Book Review – Word Nerd

Title: Word Nerd
Author: Susin Nielson
Format: Hardback
Published: 2008

So, I thought about starting off this review by saying that I am not this book’s target audience, but I doubt that I’m the target audience for most of the stuff I read.  And really, since it’s technically a children’s book, I’m pretty sure you know by now that I’m not some 11 yr old girl (I am still holed up in my room with the stuffed animal I sleep with, but that’s a different argument altogether).

ANYWAY.  Word Nerd follows around Ambrose Bukowski, a self-described word nerd, only child, and peanut-allergy sufferer.  He’s named after his dad, who died before he was born, and as a result, he hops around Canada with his mother, a professor who moved whenever the going get tough, or she didn’t get tenure.

The book starts out with the school bullies slipping Ambrose a peanut in his sandwich.  Predictably, it almost kills him, and the result is that Ambrose ends up home schooled while his mother teaches at night.  While all that is happening, he’s becoming friends with the neighbor – Cosmo Economopolous – who showed up unnanounced after leaving prison.   He coerces Cosmo to take him to Scrabble Club instead.

So… Uh.   I’m sorry, but the plot of the book reads sort of like a NaNoWriMo dare.  I’m not saying that it’s a bad thing, but it’s just odd.  “Let’s kill the dad off in utero so he’s out of the picture…  Let’s go to scrabble club… Let’s pick some random medical issue… Let’s… “   I’m not saying it’s a bad thing per sey, but most of what happened in the story is defintely stuff that seems peculiar.  Most pre-teen boys aren’t gung ho about something like Scrabble Club, for instance.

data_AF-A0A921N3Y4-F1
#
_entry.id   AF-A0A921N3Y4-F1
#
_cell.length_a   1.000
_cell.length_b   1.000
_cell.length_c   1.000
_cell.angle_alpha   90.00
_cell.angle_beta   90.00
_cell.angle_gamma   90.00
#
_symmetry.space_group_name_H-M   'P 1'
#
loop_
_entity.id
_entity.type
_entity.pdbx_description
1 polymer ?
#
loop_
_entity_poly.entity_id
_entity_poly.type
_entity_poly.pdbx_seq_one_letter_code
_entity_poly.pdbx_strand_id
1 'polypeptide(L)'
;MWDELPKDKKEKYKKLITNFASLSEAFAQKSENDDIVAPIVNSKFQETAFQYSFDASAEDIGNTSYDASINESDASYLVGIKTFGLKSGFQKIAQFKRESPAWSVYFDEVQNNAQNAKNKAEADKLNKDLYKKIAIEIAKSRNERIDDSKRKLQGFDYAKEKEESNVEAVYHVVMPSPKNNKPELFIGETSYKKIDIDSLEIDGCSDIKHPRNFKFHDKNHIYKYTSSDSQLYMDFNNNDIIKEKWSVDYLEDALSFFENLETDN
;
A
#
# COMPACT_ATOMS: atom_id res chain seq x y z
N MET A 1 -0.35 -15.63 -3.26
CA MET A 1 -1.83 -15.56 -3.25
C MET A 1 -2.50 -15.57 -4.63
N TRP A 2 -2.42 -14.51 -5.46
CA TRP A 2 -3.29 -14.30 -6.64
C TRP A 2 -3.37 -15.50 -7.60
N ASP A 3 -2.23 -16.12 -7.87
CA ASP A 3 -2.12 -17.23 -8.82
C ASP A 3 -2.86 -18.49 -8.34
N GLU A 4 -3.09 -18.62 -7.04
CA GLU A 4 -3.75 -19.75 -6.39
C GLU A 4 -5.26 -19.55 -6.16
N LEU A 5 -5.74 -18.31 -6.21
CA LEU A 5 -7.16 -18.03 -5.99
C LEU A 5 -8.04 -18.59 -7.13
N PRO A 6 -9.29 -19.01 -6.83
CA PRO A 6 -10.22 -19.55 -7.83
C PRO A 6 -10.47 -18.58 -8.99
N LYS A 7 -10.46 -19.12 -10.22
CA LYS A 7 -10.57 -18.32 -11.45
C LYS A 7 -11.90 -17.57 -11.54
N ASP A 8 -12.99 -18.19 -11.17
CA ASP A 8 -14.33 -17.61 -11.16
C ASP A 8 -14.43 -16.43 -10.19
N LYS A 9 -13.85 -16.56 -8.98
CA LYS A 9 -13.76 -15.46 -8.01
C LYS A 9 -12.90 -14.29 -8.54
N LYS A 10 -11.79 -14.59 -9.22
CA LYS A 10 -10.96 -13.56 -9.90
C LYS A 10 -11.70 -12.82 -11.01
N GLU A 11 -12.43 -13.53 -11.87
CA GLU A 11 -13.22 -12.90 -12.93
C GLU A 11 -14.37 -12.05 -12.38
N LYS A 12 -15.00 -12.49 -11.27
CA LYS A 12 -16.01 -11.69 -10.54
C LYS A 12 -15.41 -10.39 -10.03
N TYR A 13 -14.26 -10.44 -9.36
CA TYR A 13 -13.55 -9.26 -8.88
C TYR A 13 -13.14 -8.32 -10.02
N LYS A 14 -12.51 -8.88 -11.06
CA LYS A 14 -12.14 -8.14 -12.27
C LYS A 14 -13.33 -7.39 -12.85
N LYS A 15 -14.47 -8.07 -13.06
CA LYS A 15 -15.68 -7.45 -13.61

That said, the book is written well enough, (although I wish it weren’t first person, bcause it’d would be so much stronger if it wasn’t), albeit predictable (although, again, I’m about 25 years beyond their target audience, so it might be better if I were).

I also had issues with the alphabet soup type of last name that the upstairs neighbors had.  Ambrose usually called them Mr. & Mrs. E, but every time the author said the whole last name, it pulled me out of the book entirely because your eye kind of trips over it on the page.


In the end, even though it was a silly premise, I thought it was well enough written, especially the scene with the mother in the car when she finds out about Scrabble club.  The chapter headers are single words but arranged so you’re making words out of a strimg of letters, and that was a cute touch.  I did feel that a few of the characters talked down to Ambrose a bit, which was annoying because it was his freakin’ story, but I’ll give it a pass for the reading level this book is written at.

In the end, I was looking for a simple read that I could finish in a hurry, and I did finish this in an hour or two on the couch one night.  That in mind, I’ll actually give it a tentative four out of five pages.  If you’re the book’s target audience, go ahead and grab it.  If you’re beyond that point, though, you may not enjoy it quite as much.

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